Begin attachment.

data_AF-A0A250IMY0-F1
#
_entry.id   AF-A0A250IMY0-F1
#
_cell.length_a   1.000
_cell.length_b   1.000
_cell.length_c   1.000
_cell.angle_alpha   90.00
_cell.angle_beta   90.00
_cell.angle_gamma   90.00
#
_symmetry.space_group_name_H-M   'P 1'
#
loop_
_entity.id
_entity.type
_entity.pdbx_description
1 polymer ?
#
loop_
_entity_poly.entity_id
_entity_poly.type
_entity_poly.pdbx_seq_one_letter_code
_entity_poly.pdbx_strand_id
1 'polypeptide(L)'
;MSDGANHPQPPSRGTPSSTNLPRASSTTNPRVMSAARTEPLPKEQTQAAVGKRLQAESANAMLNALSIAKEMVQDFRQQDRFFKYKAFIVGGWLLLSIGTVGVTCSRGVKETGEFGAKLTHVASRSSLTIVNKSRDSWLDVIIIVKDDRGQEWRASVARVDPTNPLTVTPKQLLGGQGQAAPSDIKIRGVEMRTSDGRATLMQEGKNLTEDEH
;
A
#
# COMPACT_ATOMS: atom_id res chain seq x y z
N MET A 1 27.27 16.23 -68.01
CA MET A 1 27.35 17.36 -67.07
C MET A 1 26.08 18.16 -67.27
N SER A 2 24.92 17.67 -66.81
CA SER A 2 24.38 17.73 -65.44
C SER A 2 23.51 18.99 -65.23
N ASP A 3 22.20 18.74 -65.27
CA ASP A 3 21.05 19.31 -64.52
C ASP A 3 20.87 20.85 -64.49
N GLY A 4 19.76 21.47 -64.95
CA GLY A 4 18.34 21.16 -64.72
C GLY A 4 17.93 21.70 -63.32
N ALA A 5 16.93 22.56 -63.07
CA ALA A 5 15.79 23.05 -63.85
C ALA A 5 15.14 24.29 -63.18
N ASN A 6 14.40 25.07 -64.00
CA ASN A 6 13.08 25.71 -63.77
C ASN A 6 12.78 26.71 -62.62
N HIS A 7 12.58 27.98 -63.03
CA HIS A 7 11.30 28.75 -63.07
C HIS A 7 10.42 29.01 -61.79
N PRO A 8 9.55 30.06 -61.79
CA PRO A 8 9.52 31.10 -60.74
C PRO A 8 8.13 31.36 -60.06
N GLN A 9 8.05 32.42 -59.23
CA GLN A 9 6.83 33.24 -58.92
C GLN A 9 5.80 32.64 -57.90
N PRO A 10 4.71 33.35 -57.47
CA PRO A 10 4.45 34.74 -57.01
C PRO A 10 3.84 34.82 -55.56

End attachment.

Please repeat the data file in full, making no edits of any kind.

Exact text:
data_AF-A0A250IMY0-F1
#
_entry.id   AF-A0A250IMY0-F1
#
_cell.length_a   1.000
_cell.length_b   1.000
_cell.length_c   1.000
_cell.angle_alpha   90.00
_cell.angle_beta   90.00
_cell.angle_gamma   90.00
#
_symmetry.space_group_name_H-M   'P 1'
#
loop_
_entity.id
_entity.type
_entity.pdbx_description
1 polymer ?
#
loop_
_entity_poly.entity_id
_entity_poly.type
_entity_poly.pdbx_seq_one_letter_code
_entity_poly.pdbx_strand_id
1 'polypeptide(L)'
;MSDGANHPQPPSRGTPSSTNLPRASSTTNPRVMSAARTEPLPKEQTQAAVGKRLQAESANAMLNALSIAKEMVQDFRQQDRFFKYKAFIVGGWLLLSIGTVGVTCSRGVKETGEFGAKLTHVASRSSLTIVNKSRDSWLDVIIIVKDDRGQEWRASVARVDPTNPLTVTPKQLLGGQGQAAPSDIKIRGVEMRTSDGRATLMQEGKNLTEDEH
;
A
#
# COMPACT_ATOMS: atom_id res chain seq x y z
N MET A 1 27.27 16.23 -68.01
CA MET A 1 27.35 17.36 -67.07
C MET A 1 26.08 18.16 -67.27
N SER A 2 24.92 17.67 -66.81
CA SER A 2 24.38 17.73 -65.44
C SER A 2 23.51 18.99 -65.23
N ASP A 3 22.20 18.74 -65.27
CA ASP A 3 21.05 19.31 -64.52
C ASP A 3 20.87 20.85 -64.49
N GLY A 4 19.76 21.47 -64.95
CA GLY A 4 18.34 21.16 -64.72
C GLY A 4 17.93 21.70 -63.32
N ALA A 5 16.93 22.56 -63.07
CA ALA A 5 15.79 23.05 -63.85
C ALA A 5 15.14 24.29 -63.18
N ASN A 6 14.40 25.07 -64.00
CA ASN A 6 13.08 25.71 -63.77
C ASN A 6 12.78 26.71 -62.62
N HIS A 7 12.58 27.98 -63.03
CA HIS A 7 11.30 28.75 -63.07
C HIS A 7 10.42 29.01 -61.79
N PRO A 8 9.55 30.06 -61.79
CA PRO A 8 9.52 31.10 -60.74
C PRO A 8 8.13 31.36 -60.06
N GLN A 9 8.05 32.42 -59.23
CA GLN A 9 6.83 33.24 -58.92
C GLN A 9 5.80 32.64 -57.90
N PRO A 10 4.71 33.35 -57.47
CA PRO A 10 4.45 34.74 -57.01
C PRO A 10 3.84 34.82 -55.56